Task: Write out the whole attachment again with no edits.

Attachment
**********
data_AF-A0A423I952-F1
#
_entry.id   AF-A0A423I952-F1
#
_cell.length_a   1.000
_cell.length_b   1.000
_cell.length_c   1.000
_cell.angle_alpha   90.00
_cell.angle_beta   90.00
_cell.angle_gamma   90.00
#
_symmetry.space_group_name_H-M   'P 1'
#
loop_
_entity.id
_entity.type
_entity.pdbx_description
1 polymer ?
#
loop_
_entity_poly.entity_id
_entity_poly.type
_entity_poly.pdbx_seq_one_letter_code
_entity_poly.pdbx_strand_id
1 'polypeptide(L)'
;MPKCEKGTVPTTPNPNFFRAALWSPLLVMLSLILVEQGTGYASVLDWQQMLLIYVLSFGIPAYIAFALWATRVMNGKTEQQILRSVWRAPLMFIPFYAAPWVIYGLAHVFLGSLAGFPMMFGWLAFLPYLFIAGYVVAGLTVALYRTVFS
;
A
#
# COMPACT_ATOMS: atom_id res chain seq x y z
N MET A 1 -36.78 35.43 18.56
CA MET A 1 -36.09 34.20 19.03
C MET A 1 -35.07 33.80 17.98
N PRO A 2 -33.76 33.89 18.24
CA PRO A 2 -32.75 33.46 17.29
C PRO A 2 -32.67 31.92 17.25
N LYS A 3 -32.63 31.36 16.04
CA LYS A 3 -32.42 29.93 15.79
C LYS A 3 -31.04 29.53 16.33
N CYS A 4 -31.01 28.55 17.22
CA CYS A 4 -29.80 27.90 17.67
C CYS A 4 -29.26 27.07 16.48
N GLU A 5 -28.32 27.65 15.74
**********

data_AF-A0A423I952-F1
#
_entry.id   AF-A0A423I952-F1
#
_cell.length_a   1.000
_cell.length_b   1.000
_cell.length_c   1.000
_cell.angle_alpha   90.00
_cell.angle_beta   90.00
_cell.angle_gamma   90.00
#
_symmetry.space_group_name_H-M   'P 1'
#
loop_
_entity.id
_entity.type
_entity.pdbx_description
1 polymer ?
#
loop_
_entity_poly.entity_id
_entity_poly.type
_entity_poly.pdbx_seq_one_letter_code
_entity_poly.pdbx_strand_id
1 'polypeptide(L)'
;MPKCEKGTVPTTPNPNFFRAALWSPLLVMLSLILVEQGTGYASVLDWQQMLLIYVLSFGIPAYIAFALWATRVMNGKTEQQILRSVWRAPLMFIPFYAAPWVIYGLAHVFLGSLAGFPMMFGWLAFLPYLFIAGYVVAGLTVALYRTVFS
;
A
#
# COMPACT_ATOMS: atom_id res chain seq x y z
N MET A 1 -36.78 35.43 18.56
CA MET A 1 -36.09 34.20 19.03
C MET A 1 -35.07 33.80 17.98
N PRO A 2 -33.76 33.89 18.24
CA PRO A 2 -32.75 33.46 17.29
C PRO A 2 -32.67 31.92 17.25
N LYS A 3 -32.63 31.36 16.04
CA LYS A 3 -32.42 29.93 15.79
C LYS A 3 -31.04 29.53 16.33
N CYS A 4 -31.01 28.55 17.22
CA CYS A 4 -29.80 27.90 17.67
C CYS A 4 -29.26 27.07 16.48
N GLU A 5 -28.32 27.65 15.74